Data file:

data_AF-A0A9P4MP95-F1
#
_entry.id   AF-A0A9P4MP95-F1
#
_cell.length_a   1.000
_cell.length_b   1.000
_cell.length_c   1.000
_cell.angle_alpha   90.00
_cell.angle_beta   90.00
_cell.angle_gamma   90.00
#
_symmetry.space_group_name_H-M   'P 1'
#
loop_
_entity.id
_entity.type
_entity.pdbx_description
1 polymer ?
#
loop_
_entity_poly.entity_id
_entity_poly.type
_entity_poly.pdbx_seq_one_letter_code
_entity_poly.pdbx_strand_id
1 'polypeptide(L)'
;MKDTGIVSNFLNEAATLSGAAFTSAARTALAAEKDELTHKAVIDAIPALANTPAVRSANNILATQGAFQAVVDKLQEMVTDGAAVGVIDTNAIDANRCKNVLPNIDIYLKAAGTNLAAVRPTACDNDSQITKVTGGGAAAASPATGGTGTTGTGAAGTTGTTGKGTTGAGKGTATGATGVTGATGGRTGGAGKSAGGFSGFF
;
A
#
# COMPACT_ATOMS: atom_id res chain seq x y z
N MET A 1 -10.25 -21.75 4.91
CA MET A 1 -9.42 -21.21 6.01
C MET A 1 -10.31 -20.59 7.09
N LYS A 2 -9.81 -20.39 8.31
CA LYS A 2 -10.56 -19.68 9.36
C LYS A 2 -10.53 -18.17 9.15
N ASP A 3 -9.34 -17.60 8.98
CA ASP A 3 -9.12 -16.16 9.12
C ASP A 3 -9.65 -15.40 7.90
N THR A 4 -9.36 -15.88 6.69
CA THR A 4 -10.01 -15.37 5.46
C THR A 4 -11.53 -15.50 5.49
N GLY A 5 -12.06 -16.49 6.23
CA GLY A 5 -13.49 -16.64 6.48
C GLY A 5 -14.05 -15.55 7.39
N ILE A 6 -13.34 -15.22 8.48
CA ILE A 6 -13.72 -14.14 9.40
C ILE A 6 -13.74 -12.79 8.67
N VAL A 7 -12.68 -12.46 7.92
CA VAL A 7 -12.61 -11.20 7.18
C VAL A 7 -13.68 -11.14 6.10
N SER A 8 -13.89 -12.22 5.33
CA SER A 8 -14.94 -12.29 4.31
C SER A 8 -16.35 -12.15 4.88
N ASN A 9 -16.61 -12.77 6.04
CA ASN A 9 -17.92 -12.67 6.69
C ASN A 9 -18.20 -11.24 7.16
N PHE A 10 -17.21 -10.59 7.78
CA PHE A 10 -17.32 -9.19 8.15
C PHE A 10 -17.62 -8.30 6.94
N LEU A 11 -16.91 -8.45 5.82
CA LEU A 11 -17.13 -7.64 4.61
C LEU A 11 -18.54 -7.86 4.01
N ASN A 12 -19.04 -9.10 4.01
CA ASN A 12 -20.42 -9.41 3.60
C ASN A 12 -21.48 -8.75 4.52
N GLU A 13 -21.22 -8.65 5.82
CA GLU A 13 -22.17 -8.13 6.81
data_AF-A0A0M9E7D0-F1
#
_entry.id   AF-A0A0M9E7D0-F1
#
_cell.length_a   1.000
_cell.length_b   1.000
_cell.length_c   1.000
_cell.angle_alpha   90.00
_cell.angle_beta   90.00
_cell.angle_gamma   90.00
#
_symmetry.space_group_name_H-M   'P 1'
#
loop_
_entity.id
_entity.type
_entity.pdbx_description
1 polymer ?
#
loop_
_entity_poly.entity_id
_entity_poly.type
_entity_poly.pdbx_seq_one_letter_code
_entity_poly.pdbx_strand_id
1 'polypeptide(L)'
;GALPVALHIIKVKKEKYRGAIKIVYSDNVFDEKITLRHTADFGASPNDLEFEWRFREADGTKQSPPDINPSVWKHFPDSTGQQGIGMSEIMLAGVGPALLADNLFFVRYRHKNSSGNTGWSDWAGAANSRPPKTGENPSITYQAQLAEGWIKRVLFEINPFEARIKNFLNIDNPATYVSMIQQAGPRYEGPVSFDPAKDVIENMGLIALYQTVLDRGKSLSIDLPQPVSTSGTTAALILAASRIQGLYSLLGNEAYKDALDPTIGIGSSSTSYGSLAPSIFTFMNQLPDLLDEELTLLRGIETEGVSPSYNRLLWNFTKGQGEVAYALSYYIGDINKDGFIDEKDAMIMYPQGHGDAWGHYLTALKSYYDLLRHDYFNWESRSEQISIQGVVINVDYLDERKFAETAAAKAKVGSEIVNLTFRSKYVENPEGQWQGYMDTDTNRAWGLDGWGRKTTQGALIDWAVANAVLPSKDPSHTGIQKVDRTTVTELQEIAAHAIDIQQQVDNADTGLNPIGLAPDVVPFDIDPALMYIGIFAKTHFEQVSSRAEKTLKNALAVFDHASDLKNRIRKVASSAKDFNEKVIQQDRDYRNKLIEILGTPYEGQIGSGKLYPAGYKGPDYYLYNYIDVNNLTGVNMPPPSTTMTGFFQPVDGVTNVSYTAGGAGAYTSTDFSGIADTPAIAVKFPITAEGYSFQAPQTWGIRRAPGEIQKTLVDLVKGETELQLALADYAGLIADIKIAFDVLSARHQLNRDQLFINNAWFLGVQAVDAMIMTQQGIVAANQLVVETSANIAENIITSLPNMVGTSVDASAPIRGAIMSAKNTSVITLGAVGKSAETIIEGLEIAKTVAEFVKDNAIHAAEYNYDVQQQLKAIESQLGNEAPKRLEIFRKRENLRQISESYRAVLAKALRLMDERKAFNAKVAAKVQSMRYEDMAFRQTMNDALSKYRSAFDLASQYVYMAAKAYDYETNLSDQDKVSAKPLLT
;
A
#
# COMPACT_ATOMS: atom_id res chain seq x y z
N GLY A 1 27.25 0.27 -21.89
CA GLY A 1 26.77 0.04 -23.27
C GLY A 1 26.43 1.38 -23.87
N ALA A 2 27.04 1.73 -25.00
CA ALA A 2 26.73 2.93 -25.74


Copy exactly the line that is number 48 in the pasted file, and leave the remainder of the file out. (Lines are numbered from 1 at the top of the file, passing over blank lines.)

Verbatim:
C ILE A 6 -13.74 -12.79 8.67